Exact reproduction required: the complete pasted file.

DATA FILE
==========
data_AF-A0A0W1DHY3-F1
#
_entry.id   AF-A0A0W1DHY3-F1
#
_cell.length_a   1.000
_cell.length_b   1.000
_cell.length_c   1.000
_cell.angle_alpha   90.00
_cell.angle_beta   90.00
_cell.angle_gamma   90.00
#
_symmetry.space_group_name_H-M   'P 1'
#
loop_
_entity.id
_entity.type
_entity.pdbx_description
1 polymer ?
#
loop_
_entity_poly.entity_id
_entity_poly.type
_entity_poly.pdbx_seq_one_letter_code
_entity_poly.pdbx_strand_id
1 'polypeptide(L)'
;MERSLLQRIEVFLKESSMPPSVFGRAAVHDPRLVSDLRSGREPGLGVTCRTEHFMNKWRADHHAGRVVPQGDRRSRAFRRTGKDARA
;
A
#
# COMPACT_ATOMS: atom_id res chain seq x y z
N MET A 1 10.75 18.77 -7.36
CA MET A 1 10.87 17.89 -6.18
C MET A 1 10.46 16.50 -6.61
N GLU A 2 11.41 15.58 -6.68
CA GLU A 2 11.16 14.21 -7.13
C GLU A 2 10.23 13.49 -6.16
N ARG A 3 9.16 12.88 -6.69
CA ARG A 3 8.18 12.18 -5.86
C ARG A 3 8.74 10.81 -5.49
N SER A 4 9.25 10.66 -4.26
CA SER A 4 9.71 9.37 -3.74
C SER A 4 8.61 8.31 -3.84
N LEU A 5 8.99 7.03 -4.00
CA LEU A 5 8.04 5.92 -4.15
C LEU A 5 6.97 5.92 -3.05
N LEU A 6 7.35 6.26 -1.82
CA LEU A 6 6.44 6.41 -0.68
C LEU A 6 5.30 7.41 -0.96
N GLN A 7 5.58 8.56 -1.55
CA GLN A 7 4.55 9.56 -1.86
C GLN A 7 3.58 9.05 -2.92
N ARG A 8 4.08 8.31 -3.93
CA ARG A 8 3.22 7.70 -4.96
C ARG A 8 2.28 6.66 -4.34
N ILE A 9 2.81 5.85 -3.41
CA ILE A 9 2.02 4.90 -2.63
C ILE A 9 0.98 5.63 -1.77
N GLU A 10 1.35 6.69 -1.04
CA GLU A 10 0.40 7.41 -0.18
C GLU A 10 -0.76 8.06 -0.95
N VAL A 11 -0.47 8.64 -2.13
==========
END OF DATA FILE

data_AF-A0A0W1DHY3-F1
#
_entry.id   AF-A0A0W1DHY3-F1
#
_cell.length_a   1.000
_cell.length_b   1.000
_cell.length_c   1.000
_cell.angle_alpha   90.00
_cell.angle_beta   90.00
_cell.angle_gamma   90.00
#
_symmetry.space_group_name_H-M   'P 1'
#
loop_
_entity.id
_entity.type
_entity.pdbx_description
1 polymer ?
#
loop_
_entity_poly.entity_id
_entity_poly.type
_entity_poly.pdbx_seq_one_letter_code
_entity_poly.pdbx_strand_id
1 'polypeptide(L)'
;MERSLLQRIEVFLKESSMPPSVFGRAAVHDPRLVSDLRSGREPGLGVTCRTEHFMNKWRADHHAGRVVPQGDRRSRAFRRTGKDARA
;
A
#
# COMPACT_ATOMS: atom_id res chain seq x y z
N MET A 1 10.75 18.77 -7.36
CA MET A 1 10.87 17.89 -6.18
C MET A 1 10.46 16.50 -6.61
N GLU A 2 11.41 15.58 -6.68
CA GLU A 2 11.16 14.21 -7.13
C GLU A 2 10.23 13.49 -6.16
N ARG A 3 9.16 12.88 -6.69
CA ARG A 3 8.18 12.18 -5.86
C ARG A 3 8.74 10.81 -5.49
N SER A 4 9.25 10.66 -4.26
CA SER A 4 9.71 9.37 -3.74
C SER A 4 8.61 8.31 -3.84
N LEU A 5 8.99 7.03 -4.00
CA LEU A 5 8.04 5.92 -4.15
C LEU A 5 6.97 5.92 -3.05
N LEU A 6 7.35 6.26 -1.82
CA LEU A 6 6.44 6.41 -0.68
C LEU A 6 5.30 7.41 -0.96
N GLN A 7 5.58 8.56 -1.55
CA GLN A 7 4.55 9.56 -1.86
C GLN A 7 3.58 9.05 -2.92
N ARG A 8 4.08 8.31 -3.93
CA ARG A 8 3.22 7.70 -4.96
C ARG A 8 2.28 6.66 -4.34
N ILE A 9 2.81 5.85 -3.41
CA ILE A 9 2.02 4.90 -2.63
C ILE A 9 0.98 5.63 -1.77
N GLU A 10 1.35 6.69 -1.04
CA GLU A 10 0.40 7.41 -0.18
C GLU A 10 -0.76 8.06 -0.95
N VAL A 11 -0.47 8.64 -2.13